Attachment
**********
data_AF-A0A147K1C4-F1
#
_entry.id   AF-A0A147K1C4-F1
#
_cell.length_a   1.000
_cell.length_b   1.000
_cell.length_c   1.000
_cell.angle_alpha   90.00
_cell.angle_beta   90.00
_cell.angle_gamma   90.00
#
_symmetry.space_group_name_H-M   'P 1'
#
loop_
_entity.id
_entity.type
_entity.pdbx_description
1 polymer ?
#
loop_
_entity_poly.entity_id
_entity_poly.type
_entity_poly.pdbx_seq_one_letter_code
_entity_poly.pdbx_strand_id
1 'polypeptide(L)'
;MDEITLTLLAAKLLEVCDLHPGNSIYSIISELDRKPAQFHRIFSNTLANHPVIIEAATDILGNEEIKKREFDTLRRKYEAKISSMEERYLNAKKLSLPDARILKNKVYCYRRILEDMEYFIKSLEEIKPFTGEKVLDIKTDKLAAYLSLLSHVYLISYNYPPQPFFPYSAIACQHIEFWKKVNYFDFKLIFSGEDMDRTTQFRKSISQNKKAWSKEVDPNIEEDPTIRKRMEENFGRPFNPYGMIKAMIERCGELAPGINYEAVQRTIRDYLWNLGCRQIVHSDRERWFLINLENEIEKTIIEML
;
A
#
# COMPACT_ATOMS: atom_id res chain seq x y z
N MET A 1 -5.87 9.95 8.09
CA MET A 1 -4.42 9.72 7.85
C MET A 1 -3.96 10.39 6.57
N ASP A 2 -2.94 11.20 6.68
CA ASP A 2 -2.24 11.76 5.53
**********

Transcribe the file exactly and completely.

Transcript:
data_AF-A0A147K1C4-F1
#
_entry.id   AF-A0A147K1C4-F1
#
_cell.length_a   1.000
_cell.length_b   1.000
_cell.length_c   1.000
_cell.angle_alpha   90.00
_cell.angle_beta   90.00
_cell.angle_gamma   90.00
#
_symmetry.space_group_name_H-M   'P 1'
#
loop_
_entity.id
_entity.type
_entity.pdbx_description
1 polymer ?
#
loop_
_entity_poly.entity_id
_entity_poly.type
_entity_poly.pdbx_seq_one_letter_code
_entity_poly.pdbx_strand_id
1 'polypeptide(L)'
;MDEITLTLLAAKLLEVCDLHPGNSIYSIISELDRKPAQFHRIFSNTLANHPVIIEAATDILGNEEIKKREFDTLRRKYEAKISSMEERYLNAKKLSLPDARILKNKVYCYRRILEDMEYFIKSLEEIKPFTGEKVLDIKTDKLAAYLSLLSHVYLISYNYPPQPFFPYSAIACQHIEFWKKVNYFDFKLIFSGEDMDRTTQFRKSISQNKKAWSKEVDPNIEEDPTIRKRMEENFGRPFNPYGMIKAMIERCGELAPGINYEAVQRTIRDYLWNLGCRQIVHSDRERWFLINLENEIEKTIIEML
;
A
#
# COMPACT_ATOMS: atom_id res chain seq x y z
N MET A 1 -5.87 9.95 8.09
CA MET A 1 -4.42 9.72 7.85
C MET A 1 -3.96 10.39 6.57
N ASP A 2 -2.94 11.20 6.68
CA ASP A 2 -2.24 11.76 5.53